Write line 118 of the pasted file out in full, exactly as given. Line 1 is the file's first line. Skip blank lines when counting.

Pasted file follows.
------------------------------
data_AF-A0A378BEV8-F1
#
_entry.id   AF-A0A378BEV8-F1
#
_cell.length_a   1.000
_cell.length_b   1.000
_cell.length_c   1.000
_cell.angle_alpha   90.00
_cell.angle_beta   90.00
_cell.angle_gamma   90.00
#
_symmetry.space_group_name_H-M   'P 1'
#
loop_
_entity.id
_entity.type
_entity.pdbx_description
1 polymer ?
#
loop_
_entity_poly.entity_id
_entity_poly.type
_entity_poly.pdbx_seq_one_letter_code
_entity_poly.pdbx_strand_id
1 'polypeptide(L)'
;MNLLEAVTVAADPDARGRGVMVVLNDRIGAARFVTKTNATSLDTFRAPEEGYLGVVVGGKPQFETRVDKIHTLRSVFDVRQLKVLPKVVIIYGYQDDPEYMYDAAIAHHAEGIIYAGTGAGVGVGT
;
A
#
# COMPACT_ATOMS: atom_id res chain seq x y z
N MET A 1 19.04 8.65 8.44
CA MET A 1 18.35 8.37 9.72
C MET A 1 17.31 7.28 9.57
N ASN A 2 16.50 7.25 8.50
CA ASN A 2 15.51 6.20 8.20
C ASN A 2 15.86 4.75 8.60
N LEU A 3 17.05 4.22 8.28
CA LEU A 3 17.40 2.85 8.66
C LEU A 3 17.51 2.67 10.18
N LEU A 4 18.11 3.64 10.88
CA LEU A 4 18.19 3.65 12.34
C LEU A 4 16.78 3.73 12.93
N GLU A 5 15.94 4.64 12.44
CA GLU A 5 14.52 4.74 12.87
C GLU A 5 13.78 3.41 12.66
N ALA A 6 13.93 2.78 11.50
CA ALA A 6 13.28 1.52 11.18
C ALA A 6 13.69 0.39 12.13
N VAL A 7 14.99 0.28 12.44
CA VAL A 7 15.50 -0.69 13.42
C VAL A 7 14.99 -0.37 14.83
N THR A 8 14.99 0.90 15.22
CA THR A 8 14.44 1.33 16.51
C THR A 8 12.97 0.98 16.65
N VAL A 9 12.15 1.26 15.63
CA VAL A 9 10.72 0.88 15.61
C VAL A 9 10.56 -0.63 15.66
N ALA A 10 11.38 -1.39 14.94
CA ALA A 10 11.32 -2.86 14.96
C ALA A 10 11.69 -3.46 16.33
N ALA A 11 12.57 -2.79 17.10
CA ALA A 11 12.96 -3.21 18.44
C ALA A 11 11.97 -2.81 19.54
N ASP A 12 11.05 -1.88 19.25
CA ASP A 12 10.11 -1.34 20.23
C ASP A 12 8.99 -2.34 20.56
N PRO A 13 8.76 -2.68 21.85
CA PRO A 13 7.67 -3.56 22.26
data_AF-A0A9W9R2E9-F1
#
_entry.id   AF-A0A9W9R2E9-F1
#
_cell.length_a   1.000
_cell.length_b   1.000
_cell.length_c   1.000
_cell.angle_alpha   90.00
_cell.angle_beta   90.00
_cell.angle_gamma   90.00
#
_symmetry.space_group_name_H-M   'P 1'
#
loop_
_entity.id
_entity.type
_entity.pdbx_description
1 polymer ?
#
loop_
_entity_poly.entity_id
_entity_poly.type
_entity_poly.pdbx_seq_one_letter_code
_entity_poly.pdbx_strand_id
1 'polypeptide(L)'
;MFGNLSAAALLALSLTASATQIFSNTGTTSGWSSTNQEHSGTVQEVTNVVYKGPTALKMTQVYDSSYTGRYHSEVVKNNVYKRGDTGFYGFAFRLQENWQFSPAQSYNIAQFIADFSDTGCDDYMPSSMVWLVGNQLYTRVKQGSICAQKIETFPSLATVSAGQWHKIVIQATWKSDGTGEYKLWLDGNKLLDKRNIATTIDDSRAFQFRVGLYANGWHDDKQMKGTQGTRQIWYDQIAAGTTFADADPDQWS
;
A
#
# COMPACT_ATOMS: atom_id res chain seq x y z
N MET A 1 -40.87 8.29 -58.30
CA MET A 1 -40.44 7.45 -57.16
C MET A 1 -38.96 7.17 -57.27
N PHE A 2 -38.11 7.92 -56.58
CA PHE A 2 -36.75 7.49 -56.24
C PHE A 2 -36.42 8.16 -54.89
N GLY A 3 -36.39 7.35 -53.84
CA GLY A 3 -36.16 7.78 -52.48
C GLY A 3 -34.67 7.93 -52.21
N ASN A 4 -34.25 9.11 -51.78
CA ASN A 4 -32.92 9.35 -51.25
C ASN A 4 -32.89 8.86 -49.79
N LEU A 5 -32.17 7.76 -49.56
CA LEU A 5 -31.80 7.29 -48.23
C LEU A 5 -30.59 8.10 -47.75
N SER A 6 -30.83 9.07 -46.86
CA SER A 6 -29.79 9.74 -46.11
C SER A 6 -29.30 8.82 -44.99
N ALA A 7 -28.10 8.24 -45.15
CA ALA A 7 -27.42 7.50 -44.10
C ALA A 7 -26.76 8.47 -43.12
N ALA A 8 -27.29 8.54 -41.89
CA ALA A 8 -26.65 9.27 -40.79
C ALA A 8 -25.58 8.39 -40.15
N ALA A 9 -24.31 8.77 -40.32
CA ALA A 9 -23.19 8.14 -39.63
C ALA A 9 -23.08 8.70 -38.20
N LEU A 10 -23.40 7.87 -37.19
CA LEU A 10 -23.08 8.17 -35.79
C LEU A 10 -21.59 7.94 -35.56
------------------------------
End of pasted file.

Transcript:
CA ALA A 7 -27.42 7.50 -44.10